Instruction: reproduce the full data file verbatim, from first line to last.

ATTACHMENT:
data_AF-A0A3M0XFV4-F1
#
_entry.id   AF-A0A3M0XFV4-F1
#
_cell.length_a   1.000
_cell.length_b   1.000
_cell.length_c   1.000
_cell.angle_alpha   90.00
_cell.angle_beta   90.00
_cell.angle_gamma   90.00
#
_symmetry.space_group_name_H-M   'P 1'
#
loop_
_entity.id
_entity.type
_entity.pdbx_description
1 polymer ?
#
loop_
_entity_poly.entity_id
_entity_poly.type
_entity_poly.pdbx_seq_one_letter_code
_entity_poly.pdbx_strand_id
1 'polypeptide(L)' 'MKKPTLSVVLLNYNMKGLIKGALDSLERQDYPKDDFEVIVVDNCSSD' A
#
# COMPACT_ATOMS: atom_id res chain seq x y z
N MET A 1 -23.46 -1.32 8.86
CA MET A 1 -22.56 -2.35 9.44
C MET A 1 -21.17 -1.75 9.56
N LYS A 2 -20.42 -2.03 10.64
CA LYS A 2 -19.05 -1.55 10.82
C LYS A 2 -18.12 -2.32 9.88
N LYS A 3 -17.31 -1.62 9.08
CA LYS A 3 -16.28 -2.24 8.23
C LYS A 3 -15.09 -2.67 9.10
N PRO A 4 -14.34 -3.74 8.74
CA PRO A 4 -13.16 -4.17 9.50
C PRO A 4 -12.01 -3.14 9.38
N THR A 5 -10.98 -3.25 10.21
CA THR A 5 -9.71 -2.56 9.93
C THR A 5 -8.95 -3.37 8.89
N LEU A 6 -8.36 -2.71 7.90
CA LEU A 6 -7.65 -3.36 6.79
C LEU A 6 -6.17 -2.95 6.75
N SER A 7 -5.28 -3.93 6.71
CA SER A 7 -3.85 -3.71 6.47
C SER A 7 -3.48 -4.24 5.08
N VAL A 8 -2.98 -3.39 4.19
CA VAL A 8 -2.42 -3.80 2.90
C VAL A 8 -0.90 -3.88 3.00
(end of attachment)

data_AF-A0A3M0XFV4-F1
#
_entry.id   AF-A0A3M0XFV4-F1
#
_cell.length_a   1.000
_cell.length_b   1.000
_cell.length_c   1.000
_cell.angle_alpha   90.00
_cell.angle_beta   90.00
_cell.angle_gamma   90.00
#
_symmetry.space_group_name_H-M   'P 1'
#
loop_
_entity.id
_entity.type
_entity.pdbx_description
1 polymer ?
#
loop_
_entity_poly.entity_id
_entity_poly.type
_entity_poly.pdbx_seq_one_letter_code
_entity_poly.pdbx_strand_id
1 'polypeptide(L)' 'MKKPTLSVVLLNYNMKGLIKGALDSLERQDYPKDDFEVIVVDNCSSD' A
#
# COMPACT_ATOMS: atom_id res chain seq x y z
N MET A 1 -23.46 -1.32 8.86
CA MET A 1 -22.56 -2.35 9.44
C MET A 1 -21.17 -1.75 9.56
N LYS A 2 -20.42 -2.03 10.64
CA LYS A 2 -19.05 -1.55 10.82
C LYS A 2 -18.12 -2.32 9.88
N LYS A 3 -17.31 -1.62 9.08
CA LYS A 3 -16.28 -2.24 8.23
C LYS A 3 -15.09 -2.67 9.10
N PRO A 4 -14.34 -3.74 8.74
CA PRO A 4 -13.16 -4.17 9.50
C PRO A 4 -12.01 -3.14 9.38
N THR A 5 -10.98 -3.25 10.21
CA THR A 5 -9.71 -2.56 9.93
C THR A 5 -8.95 -3.37 8.89
N LEU A 6 -8.36 -2.71 7.90
CA LEU A 6 -7.65 -3.36 6.79
C LEU A 6 -6.17 -2.95 6.75
N SER A 7 -5.28 -3.93 6.71
CA SER A 7 -3.85 -3.71 6.47
C SER A 7 -3.48 -4.24 5.08
N VAL A 8 -2.98 -3.39 4.19
CA VAL A 8 -2.42 -3.80 2.90
C VAL A 8 -0.90 -3.88 3.00